The 2010 UK Landscape Award, the first of its kind, was created by the European Landscape Convention. The winner, Durham Heritage Coast, was one of six English landscapes competing for a place in a European final to be held in Strasbourg next March.
"Where waste was tipped onto beaches in enormous quantities, a path now leads through a wonderful landscape mosaic," said Durham Heritage Coast Partnership.
Over 1.5m tonnes of slag a year were dumped over cliffs onto what became known as the "black beaches", immortalised as the film sets of Get Carter and Alien 3. Mining ended over 15 years ago and the spoil heaps became natural grasslands.
The 11-mile strip from Sunderland to Hartlepool boasts natural, historical and geological landmarks and beautiful views along the North Sea coastline, said the award judges. "The coast has emerged from its industrial past to be an area worthy of Heritage Coast status, with one of the finest coastlines in England."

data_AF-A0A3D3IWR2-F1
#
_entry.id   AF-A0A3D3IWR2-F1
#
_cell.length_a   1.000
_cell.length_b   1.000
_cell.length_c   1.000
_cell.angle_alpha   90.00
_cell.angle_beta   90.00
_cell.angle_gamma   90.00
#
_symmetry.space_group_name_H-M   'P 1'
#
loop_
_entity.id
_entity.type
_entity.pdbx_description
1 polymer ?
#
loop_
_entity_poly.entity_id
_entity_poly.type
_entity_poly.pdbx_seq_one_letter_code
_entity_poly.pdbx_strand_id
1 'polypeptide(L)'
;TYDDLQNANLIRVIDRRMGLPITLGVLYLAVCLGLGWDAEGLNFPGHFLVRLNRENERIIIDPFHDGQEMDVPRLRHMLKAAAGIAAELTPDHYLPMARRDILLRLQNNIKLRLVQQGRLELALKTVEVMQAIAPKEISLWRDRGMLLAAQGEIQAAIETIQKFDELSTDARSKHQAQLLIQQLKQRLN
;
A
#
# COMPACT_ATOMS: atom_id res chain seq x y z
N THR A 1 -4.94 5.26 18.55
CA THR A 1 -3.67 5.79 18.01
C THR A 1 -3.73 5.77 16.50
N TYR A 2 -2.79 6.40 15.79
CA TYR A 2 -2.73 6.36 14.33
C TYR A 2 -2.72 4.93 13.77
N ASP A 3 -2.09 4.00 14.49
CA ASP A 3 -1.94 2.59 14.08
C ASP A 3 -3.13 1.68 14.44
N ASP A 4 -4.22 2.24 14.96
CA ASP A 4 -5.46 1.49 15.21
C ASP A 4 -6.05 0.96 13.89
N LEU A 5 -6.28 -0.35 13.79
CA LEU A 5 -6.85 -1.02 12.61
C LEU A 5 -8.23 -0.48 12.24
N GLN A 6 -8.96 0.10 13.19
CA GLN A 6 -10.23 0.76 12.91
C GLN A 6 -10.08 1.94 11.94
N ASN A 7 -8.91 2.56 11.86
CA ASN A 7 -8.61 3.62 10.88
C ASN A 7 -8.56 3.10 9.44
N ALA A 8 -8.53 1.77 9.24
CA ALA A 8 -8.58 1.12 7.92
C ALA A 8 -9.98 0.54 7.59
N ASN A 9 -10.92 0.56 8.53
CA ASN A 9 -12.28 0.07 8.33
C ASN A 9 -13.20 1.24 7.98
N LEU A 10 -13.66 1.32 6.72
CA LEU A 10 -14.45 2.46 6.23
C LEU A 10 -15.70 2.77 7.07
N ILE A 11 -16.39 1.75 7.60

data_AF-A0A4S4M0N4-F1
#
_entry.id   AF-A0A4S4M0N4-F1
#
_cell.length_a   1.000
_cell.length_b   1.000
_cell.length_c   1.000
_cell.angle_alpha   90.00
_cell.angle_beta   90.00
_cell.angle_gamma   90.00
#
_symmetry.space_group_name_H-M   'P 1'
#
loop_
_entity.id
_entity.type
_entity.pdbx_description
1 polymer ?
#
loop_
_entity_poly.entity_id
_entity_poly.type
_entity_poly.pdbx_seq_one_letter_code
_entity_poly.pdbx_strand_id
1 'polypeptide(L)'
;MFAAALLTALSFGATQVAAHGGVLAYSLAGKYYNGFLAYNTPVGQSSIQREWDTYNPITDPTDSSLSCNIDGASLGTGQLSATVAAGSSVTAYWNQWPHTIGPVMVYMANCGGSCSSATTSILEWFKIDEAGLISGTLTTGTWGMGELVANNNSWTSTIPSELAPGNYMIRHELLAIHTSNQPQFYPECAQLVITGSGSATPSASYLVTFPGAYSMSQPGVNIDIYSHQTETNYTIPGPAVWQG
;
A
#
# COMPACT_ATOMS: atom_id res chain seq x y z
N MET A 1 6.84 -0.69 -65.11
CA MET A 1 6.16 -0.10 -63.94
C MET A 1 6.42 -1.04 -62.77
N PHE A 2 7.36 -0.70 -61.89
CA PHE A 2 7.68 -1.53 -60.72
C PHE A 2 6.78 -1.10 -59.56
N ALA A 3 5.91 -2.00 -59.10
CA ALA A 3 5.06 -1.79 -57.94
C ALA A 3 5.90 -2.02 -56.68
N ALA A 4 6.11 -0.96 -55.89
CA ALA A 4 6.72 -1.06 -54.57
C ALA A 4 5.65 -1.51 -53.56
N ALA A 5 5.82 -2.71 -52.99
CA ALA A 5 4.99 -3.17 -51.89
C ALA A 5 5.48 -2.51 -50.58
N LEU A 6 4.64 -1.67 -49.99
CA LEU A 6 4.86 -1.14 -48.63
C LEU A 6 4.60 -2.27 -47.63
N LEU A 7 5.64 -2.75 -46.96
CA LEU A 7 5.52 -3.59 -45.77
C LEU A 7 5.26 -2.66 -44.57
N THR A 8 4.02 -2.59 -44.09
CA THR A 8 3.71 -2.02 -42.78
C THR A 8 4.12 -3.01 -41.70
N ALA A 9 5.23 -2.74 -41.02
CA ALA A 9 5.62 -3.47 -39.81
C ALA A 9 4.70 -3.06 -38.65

The Durham Heritage Coast beat the Mersey Basin, Sheffield town centre, Baxter Park in Dundee, hill forts and moorland in Denbighshire, Wales, and Lough Neagh in Northern Ireland. The coastline will now represent the UK in the European Landscape Awards next year.
Poet and broadcaster Ian McMillan called the landscape an "internationally important exemplar" of transformation through investment, enthusiasm and hard work.
"This is the beginning of a renaissance that will enable towns and villages of this part of the former Durham coalfield to develop a relevant new identity," he said.
The award is championed by Defra, and is managed in the UK by the Landscape Institute.